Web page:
One might see a relatively simple example of such a system in Philica, which bills itself as “the journal of everything.” Philica is an open publishing network, co-founded by British psychologists Ian Walker and Nigel Holt, which invites scholars from any field to post papers, which are then made freely available for reading and review by any interested user [see screenshot 1.4].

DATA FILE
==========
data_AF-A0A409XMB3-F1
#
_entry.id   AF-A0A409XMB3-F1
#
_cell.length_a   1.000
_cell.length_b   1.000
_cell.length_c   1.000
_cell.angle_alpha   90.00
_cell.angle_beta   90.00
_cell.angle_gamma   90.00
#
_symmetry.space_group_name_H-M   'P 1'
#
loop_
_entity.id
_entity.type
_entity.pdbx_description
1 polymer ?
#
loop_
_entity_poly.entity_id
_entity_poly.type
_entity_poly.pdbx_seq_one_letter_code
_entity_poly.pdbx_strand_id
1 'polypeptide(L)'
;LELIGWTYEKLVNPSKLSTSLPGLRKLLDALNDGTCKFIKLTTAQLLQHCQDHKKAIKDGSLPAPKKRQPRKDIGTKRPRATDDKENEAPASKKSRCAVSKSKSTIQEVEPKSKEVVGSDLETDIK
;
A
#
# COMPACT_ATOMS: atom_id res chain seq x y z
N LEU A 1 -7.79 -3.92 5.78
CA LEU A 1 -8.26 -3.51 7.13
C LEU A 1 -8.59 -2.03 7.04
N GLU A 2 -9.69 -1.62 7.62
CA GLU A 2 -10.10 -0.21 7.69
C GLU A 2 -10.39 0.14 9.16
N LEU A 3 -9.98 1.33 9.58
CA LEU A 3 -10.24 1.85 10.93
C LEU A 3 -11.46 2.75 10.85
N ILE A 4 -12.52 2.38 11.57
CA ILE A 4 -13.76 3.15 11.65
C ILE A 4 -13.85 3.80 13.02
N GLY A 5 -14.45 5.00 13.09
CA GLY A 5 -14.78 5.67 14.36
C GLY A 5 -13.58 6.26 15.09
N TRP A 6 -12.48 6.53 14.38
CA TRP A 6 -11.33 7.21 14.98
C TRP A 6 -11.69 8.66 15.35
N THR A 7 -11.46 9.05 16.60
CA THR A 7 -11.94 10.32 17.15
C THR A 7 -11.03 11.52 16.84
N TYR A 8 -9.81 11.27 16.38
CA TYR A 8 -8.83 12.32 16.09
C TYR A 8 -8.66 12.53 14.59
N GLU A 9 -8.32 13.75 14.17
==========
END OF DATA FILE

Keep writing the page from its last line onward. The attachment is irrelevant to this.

Philica describes itself as operating “like eBay for academics. When somebody reviews your article, the impact of that review depends on the reviewer’s own reviews. This means that the opinion of somebody whose work is highly regarded carries more weight than the opinion of somebody whose work is rated poorly” (“An Introduction to Using Philica”).[1.38] Account registration is open, though members are asked to declare their institutional affiliations if they have them, and encouraged to obtain “confirmation” of their status within the academy by sending the site administrators a letter on institutional letterhead, or a letter detailing appropriate credentials as an independent researcher. The site’s FAQ indicates that membership is in theory restricted to “fully-qualified academics,” though without confirmation, one could simply claim such a status, and thus the system makes an unconfirmed membership “much less useful than a confirmed membership, since (a) unconfirmed members’ reviews carry less weight than confirmed members’ reviews and (b) readers are less likely to trust research from unconfirmed authors. In other words, there’s not really much point joining if you do not go on to prove your status” (“Philica FAQs”). Reviewing articles published on Philica is open to registered, logged-in members, whether “confirmed” or not, though confirmed members’ reviews are noted with a check mark. Articles are evaluated by reviewers both quantitatively (rating “originality,” “importance,” and “overall quality” on a 1-to-7 scale) and qualitatively, via comments. Article authors each have a page that details their work on the site, including the number of articles and notes that they have published, the mean peer-review ratings their work has received, and the number of reviews and comments that the author has contributed to other work. The site notes that the author’s ratings “will change whenever a new review of this author’s work appears, as well as whenever somebody reviews the work of anybody who has reviewed” the work of the author in question.[1.39]